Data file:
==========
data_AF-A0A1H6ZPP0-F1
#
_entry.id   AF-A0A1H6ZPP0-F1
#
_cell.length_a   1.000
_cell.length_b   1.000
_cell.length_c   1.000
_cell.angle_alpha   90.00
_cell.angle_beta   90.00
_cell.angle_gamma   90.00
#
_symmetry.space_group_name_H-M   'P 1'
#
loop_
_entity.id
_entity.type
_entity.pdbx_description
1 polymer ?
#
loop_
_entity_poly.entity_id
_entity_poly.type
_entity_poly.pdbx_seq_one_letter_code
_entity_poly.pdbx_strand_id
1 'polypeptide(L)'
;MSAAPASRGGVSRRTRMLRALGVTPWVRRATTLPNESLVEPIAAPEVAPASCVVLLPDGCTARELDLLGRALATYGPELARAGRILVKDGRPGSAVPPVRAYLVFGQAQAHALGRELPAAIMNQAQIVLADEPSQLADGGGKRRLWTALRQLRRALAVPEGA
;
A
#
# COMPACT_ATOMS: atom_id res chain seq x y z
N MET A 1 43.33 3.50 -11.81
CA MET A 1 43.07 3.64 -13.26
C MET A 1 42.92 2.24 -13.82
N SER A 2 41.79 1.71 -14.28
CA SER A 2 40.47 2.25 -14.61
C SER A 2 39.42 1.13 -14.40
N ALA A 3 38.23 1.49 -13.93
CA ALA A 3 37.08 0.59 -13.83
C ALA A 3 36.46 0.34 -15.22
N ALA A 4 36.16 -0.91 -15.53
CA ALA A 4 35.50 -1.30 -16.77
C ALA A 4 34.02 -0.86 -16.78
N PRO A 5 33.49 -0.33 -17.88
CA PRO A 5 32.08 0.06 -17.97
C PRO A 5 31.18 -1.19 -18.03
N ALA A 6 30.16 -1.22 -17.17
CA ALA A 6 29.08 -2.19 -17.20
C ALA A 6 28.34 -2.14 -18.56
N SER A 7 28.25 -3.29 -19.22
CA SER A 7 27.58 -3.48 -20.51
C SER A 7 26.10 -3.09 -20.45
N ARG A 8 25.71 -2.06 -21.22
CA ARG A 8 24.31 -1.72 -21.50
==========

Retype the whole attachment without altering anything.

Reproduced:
data_AF-A0A1H6ZPP0-F1
#
_entry.id   AF-A0A1H6ZPP0-F1
#
_cell.length_a   1.000
_cell.length_b   1.000
_cell.length_c   1.000
_cell.angle_alpha   90.00
_cell.angle_beta   90.00
_cell.angle_gamma   90.00
#
_symmetry.space_group_name_H-M   'P 1'
#
loop_
_entity.id
_entity.type
_entity.pdbx_description
1 polymer ?
#
loop_
_entity_poly.entity_id
_entity_poly.type
_entity_poly.pdbx_seq_one_letter_code
_entity_poly.pdbx_strand_id
1 'polypeptide(L)'
;MSAAPASRGGVSRRTRMLRALGVTPWVRRATTLPNESLVEPIAAPEVAPASCVVLLPDGCTARELDLLGRALATYGPELARAGRILVKDGRPGSAVPPVRAYLVFGQAQAHALGRELPAAIMNQAQIVLADEPSQLADGGGKRRLWTALRQLRRALAVPEGA
;
A
#
# COMPACT_ATOMS: atom_id res chain seq x y z
N MET A 1 43.33 3.50 -11.81
CA MET A 1 43.07 3.64 -13.26
C MET A 1 42.92 2.24 -13.82
N SER A 2 41.79 1.71 -14.28
CA SER A 2 40.47 2.25 -14.61
C SER A 2 39.42 1.13 -14.40
N ALA A 3 38.23 1.49 -13.93
CA ALA A 3 37.08 0.59 -13.83
C ALA A 3 36.46 0.34 -15.22
N ALA A 4 36.16 -0.91 -15.53
CA ALA A 4 35.50 -1.30 -16.77
C ALA A 4 34.02 -0.86 -16.78
N PRO A 5 33.49 -0.33 -17.88
CA PRO A 5 32.08 0.06 -17.97
C PRO A 5 31.18 -1.19 -18.03
N ALA A 6 30.16 -1.22 -17.17
CA ALA A 6 29.08 -2.19 -17.20
C ALA A 6 28.34 -2.14 -18.56
N SER A 7 28.25 -3.29 -19.22
CA SER A 7 27.58 -3.48 -20.51
C SER A 7 26.10 -3.09 -20.45
N ARG A 8 25.71 -2.06 -21.22
CA ARG A 8 24.31 -1.72 -21.50